Postmodern Mind and Authenticity
Friday, Feb. 25, 2011 Posted: 5:18:46PM HKT
We live in a world saturated by simulations from learning to drive a car to flying an air-craft. Simulations are replicas produced by the media, advertising, television, motion pictures and anything that influences our daily lives. Every day, as we travel from home to offices, to schools etc, we encounter these simulations. whether listening to a radio, watching a television programme or even surfing the Internet, we see and hear catchy phrases and signs, trying to entice us with the latest eateries and products. none of these things are real, in themselves, but symbols or signs for something else. Today models and super stars live to demonstrate that the only physical beauty is created by plastic surgery, the only urban beauty by landscape horticulturist, and now, with genetic engineering, comes cloning for the whole human species. these simulations have invaded our consciousness so greatly that we confuse the virtual with the real. Can we then conclude that by using reason and critical thinking we can overcome this deception?what is troubling the Christian Church today is that our current generation is so hyped with activities and movement, every second flashes by with rush of adrenaline as a validation of their existence in our world. Body-piercing, tattooing, talk-shows, MTV, giant video screens at all kinds of events or concerts, celebrity worship, surround-sound, virtual reality, self-help manuals, crystal ball, mysticism and fad diets, these things could all find a place in the attempts for recognition. Postmodernism is characterised by uncertainty about what can be known and by moral relativism (consider the “whatever” attitude). Postmodern people yearn for experience; authenticity; genuine relationships; wholism in worship and life; mystery, wonder and awe in personal and communal spirituality; service to those in need; and relevant stories that help make sense of their own stories.Churches today try to become “Postmodern”. With the falling attendance on Sunday worship, our failing Churches, and our growing concern for the future has created a phobic-reaction against the possibility of mediocrity and are willing to forgo traditions or anything that looks trendy in order to boost our attendance. We give into any fad or gimmick that will fill the pews. Watch out! this generation does not want to be entertained; so much as they want to be engaged. they desire intimacy, high touch and low-tech experiences. how easily we fall trap into just replacing one simulation of the ministry with another! We need to intentionally move our next generation to “listening for God.” just as John Stott warns the frightening possibility to do ministry without God, a constant challenge for anyone seeking God’s work. Christian leaders must constantly check our intentions to keep them in line with God’s. The consumer mindset is designed to give us what we want. We want branded goods and are ready to pay anything for it. it may be faked, plastic, but who cares?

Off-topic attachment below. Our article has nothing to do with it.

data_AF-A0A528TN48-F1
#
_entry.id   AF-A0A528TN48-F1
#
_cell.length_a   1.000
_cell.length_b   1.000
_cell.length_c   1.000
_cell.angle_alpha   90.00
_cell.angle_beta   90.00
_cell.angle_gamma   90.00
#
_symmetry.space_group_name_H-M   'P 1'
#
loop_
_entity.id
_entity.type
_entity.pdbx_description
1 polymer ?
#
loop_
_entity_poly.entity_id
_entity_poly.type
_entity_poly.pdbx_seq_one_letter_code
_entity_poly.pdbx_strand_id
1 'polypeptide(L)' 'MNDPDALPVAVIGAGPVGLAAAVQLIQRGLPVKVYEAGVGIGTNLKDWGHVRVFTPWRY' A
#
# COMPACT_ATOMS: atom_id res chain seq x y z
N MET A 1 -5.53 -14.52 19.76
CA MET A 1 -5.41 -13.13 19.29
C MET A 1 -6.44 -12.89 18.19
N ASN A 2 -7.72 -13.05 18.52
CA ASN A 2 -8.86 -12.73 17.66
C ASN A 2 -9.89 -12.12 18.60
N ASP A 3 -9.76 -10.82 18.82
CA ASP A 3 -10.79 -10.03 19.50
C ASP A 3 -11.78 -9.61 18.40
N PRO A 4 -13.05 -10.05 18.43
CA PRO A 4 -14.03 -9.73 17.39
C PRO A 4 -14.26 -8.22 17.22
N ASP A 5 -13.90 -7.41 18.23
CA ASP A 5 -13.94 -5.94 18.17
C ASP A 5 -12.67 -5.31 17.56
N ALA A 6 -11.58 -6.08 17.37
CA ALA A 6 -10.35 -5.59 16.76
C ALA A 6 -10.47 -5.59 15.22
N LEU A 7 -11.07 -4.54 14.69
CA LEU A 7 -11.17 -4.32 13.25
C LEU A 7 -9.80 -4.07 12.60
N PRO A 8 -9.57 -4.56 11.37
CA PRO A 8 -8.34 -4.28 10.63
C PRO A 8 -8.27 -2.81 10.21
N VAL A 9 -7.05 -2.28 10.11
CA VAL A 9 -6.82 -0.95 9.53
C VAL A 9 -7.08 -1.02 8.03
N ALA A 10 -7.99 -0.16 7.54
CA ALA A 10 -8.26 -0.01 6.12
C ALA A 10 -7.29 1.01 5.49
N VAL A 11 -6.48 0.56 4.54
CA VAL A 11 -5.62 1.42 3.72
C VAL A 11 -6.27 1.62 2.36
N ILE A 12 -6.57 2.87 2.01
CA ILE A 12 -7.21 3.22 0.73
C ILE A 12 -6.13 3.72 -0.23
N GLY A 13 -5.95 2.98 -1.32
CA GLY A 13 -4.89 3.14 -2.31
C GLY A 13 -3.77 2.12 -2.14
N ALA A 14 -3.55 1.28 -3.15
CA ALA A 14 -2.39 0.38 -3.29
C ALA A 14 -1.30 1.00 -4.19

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Tan Cheng Huat Christian Post Guest Columnist
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<a href="http://sg.christianpost.com/dbase/editorial/692/section/1.htmtag:news.google.com,2005:cluster=http://sg.christianpost.com/dbase/editorial/692/section/1.htmFri, 25 Feb 2011 09:24:03 GMT 00:00″>Postmodern Mind and Authenticity